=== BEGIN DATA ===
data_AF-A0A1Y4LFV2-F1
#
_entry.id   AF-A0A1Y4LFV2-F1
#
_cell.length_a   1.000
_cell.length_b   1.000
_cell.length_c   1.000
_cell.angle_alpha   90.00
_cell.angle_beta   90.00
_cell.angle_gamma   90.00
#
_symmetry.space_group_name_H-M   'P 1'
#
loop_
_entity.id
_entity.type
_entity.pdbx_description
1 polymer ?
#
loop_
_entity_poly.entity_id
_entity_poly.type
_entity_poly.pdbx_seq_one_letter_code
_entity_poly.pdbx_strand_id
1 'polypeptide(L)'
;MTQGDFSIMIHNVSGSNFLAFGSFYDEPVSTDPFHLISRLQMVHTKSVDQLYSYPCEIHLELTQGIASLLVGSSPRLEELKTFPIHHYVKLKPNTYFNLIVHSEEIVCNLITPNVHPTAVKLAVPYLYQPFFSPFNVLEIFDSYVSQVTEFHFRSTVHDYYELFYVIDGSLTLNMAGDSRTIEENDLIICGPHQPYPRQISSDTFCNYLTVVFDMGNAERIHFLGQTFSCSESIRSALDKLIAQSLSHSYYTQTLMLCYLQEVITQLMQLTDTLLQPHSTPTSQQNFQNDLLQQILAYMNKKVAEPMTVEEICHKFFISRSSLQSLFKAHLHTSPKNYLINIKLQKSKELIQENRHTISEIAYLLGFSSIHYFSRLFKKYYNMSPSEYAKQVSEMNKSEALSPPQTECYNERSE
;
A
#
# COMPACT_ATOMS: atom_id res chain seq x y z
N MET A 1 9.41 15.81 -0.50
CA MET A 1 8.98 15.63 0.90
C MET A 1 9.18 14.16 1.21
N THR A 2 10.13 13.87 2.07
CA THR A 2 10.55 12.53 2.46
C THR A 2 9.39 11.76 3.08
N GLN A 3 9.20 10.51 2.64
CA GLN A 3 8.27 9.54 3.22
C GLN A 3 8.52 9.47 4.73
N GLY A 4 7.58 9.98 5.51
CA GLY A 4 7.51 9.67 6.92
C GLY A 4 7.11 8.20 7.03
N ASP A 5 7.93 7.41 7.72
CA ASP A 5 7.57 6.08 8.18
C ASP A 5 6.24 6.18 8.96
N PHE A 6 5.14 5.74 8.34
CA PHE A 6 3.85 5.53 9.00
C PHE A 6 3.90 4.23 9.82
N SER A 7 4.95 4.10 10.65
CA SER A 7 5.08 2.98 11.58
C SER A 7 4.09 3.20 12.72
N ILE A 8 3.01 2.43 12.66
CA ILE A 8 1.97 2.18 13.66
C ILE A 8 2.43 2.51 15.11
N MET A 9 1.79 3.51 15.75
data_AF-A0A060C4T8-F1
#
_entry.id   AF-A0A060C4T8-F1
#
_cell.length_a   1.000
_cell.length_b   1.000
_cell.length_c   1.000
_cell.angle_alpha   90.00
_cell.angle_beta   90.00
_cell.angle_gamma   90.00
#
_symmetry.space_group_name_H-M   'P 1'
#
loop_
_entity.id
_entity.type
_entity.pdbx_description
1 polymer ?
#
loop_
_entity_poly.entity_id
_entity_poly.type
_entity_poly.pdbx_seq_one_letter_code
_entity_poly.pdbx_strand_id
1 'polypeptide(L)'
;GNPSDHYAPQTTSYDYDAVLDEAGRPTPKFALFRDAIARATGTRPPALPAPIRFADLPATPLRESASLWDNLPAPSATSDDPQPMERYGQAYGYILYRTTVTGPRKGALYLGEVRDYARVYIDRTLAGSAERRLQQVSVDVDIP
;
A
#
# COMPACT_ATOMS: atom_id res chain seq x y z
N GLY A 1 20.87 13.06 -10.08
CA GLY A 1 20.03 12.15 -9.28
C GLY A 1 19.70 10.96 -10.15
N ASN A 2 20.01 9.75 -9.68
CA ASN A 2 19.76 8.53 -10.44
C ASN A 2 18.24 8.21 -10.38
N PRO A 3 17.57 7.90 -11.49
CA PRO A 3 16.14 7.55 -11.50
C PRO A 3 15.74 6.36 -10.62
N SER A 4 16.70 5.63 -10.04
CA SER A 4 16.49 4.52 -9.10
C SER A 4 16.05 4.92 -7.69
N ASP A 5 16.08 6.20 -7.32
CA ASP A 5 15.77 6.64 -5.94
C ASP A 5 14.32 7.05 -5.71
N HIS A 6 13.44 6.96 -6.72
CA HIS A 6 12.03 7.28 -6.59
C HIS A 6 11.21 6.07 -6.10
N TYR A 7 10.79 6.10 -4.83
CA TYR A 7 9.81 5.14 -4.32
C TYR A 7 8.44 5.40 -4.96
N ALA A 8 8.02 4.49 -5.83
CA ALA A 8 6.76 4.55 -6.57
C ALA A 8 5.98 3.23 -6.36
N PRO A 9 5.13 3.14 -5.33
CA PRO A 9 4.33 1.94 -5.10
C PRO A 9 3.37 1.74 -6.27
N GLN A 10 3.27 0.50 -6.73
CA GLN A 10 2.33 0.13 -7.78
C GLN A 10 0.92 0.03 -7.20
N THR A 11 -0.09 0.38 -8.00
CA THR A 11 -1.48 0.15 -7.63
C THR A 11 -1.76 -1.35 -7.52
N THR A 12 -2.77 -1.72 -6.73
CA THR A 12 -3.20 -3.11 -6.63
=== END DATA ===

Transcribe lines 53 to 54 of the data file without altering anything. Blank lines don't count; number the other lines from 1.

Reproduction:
CA ILE A 8 1.97 2.18 13.66
C ILE A 8 2.43 2.51 15.11